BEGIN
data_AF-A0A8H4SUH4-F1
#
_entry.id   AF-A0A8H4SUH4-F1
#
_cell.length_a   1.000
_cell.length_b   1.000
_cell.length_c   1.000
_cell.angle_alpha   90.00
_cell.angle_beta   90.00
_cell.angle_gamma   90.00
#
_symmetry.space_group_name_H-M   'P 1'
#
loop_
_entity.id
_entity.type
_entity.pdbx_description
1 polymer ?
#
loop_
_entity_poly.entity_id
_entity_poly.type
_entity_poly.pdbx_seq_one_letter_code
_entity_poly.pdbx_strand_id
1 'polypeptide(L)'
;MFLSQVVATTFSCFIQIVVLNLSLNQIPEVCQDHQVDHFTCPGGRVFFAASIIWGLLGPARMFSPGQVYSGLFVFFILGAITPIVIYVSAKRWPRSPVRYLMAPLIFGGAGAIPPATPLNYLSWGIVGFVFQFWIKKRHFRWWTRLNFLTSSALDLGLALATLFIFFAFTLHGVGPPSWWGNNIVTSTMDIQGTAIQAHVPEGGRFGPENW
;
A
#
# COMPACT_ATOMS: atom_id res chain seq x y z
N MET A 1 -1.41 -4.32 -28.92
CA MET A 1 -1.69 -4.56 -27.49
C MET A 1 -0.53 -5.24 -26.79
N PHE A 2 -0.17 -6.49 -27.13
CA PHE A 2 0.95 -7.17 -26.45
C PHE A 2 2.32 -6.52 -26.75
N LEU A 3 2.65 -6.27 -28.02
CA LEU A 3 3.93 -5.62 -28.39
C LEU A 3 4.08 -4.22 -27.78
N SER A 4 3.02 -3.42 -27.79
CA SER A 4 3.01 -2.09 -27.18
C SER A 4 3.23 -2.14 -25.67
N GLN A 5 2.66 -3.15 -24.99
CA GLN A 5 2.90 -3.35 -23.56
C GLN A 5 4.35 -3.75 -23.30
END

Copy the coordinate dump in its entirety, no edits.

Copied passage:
data_AF-A0A8H4SUH4-F1
#
_entry.id   AF-A0A8H4SUH4-F1
#
_cell.length_a   1.000
_cell.length_b   1.000
_cell.length_c   1.000
_cell.angle_alpha   90.00
_cell.angle_beta   90.00
_cell.angle_gamma   90.00
#
_symmetry.space_group_name_H-M   'P 1'
#
loop_
_entity.id
_entity.type
_entity.pdbx_description
1 polymer ?
#
loop_
_entity_poly.entity_id
_entity_poly.type
_entity_poly.pdbx_seq_one_letter_code
_entity_poly.pdbx_strand_id
1 'polypeptide(L)'
;MFLSQVVATTFSCFIQIVVLNLSLNQIPEVCQDHQVDHFTCPGGRVFFAASIIWGLLGPARMFSPGQVYSGLFVFFILGAITPIVIYVSAKRWPRSPVRYLMAPLIFGGAGAIPPATPLNYLSWGIVGFVFQFWIKKRHFRWWTRLNFLTSSALDLGLALATLFIFFAFTLHGVGPPSWWGNNIVTSTMDIQGTAIQAHVPEGGRFGPENW
;
A
#
# COMPACT_ATOMS: atom_id res chain seq x y z
N MET A 1 -1.41 -4.32 -28.92
CA MET A 1 -1.69 -4.56 -27.49
C MET A 1 -0.53 -5.24 -26.79
N PHE A 2 -0.17 -6.49 -27.13
CA PHE A 2 0.95 -7.17 -26.45
C PHE A 2 2.32 -6.52 -26.75
N LEU A 3 2.65 -6.27 -28.02
CA LEU A 3 3.93 -5.62 -28.39
C LEU A 3 4.08 -4.22 -27.78
N SER A 4 3.02 -3.42 -27.79
CA SER A 4 3.01 -2.09 -27.18
C SER A 4 3.23 -2.14 -25.67
N GLN A 5 2.66 -3.15 -24.99
CA GLN A 5 2.90 -3.35 -23.56
C GLN A 5 4.35 -3.75 -23.30